My mother was Dina Fainkind and my father is Isaac Kornbaum. My mother was in the ghetto of Lodz until nearly the end of the ghetto. Then she and my grandmother were taken to Auschwitz, where my grandmother perished in the selection process. Mother was then transferred to Ravensbruk and then to a women’s camp by the Elba River.
As the war was coming to a close, the Germans told my mother and the other Jewish prisoners not to rejoice because they had wired the camp with explosives, which they would ignite the next day. However, early that next morning, when the Germans heard a report that the Russians were hours from the camp, they ran away, fearing for their lives.
My mother and the other Jewish women were left alive. They were liberated by the Russians. The American army soon followed.
My mother, who was under five feet, weighed less than 80 pounds, and the bones of her skeleton were clearly visible under her skin. The sores from malnutrition on her legs were so deep, they were not healed a year later, when she met my father. The liberators brought food to the surviving Jewish prisoners, but unfortunately some died from overeating. My mother said that although she was starving, she controlled her eating in order not to get sick. But her severe malnutrition and the harsh conditions she endured did require hospitalization in a hospital supervised by the Americans.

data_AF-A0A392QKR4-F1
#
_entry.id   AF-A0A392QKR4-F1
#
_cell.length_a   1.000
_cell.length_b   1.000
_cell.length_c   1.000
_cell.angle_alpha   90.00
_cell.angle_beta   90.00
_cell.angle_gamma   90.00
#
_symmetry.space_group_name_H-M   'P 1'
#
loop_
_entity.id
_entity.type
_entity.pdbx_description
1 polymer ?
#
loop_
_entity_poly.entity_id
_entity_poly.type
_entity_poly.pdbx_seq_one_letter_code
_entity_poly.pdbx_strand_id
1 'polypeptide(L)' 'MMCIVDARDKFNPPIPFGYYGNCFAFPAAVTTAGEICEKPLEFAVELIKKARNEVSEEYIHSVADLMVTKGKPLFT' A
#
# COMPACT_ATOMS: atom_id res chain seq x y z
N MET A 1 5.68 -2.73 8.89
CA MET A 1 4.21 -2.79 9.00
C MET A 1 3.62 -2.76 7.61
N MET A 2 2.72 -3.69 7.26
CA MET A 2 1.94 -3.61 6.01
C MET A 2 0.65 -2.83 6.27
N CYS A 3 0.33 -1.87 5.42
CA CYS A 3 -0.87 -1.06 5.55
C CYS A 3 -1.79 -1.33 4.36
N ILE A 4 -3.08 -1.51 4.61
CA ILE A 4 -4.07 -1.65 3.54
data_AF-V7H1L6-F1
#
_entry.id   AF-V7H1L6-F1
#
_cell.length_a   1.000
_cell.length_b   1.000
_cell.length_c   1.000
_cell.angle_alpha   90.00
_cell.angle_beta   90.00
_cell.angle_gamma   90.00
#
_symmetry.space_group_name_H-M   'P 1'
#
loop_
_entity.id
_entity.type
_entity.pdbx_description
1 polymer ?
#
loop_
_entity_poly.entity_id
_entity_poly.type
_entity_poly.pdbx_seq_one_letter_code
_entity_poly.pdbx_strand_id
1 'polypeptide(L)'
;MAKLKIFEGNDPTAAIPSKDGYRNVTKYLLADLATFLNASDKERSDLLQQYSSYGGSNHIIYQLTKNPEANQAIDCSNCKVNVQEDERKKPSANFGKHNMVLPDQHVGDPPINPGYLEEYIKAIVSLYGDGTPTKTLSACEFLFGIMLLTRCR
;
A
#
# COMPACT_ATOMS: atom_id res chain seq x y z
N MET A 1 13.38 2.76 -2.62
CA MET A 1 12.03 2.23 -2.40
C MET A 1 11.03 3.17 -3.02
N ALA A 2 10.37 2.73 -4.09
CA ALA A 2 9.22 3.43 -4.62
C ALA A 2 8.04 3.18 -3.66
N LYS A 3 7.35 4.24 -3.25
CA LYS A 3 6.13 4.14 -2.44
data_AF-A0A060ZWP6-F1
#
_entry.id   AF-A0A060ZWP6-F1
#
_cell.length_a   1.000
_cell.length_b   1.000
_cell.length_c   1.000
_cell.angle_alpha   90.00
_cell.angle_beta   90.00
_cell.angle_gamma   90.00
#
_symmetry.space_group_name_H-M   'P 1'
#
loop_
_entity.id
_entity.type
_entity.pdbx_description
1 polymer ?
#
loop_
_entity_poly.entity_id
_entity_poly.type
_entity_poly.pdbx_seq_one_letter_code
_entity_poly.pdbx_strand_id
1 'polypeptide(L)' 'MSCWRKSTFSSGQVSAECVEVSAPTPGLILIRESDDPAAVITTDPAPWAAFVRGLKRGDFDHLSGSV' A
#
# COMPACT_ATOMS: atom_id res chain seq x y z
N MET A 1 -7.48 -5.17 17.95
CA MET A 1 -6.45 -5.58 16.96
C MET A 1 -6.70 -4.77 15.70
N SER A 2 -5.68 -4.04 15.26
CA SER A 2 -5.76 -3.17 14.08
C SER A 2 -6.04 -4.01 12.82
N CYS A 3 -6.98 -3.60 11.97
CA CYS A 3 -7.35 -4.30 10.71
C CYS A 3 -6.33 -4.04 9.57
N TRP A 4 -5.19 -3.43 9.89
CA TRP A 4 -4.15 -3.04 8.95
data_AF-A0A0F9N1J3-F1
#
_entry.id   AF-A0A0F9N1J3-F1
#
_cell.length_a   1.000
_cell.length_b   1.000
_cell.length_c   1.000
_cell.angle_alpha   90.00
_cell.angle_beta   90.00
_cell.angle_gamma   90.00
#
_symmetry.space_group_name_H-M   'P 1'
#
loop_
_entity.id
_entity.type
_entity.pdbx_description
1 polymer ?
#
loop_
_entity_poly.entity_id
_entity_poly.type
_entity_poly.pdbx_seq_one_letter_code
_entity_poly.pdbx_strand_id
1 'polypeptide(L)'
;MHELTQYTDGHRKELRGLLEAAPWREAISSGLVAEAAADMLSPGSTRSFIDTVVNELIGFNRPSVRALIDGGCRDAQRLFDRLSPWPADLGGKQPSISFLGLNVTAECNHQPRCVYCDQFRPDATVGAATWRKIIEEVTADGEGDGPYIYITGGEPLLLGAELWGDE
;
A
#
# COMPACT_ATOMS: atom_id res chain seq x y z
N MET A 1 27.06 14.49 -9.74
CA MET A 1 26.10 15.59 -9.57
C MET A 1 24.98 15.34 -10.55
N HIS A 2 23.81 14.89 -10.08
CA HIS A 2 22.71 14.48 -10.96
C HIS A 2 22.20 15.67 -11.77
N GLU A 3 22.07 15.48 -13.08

When my mother was released from the hospital, she returned to Poland but found no one left from her family. She made her way to a Kibbutz in the Polish city of Lignitz that was run by the Jewish Zionists. This was where my father met her, fell in love with her, and married her.
After the pogrom in Kielce, my parents stole their way across the border to Austria and a displaced persons camp on the American side run by the organization named UNRA. My parents left all of the documents and even their families’ photos behind, when they stole across the Polish border illegally. The displaced persons camp was near Kassel, Germany. I was born on year later. My parents gained liberty and kept their love, family, Jewish traditions and religious practices, and democracy.
Submitted by Brenda Brams, daughter of Dina Fainkind and Isaac Kornbaum.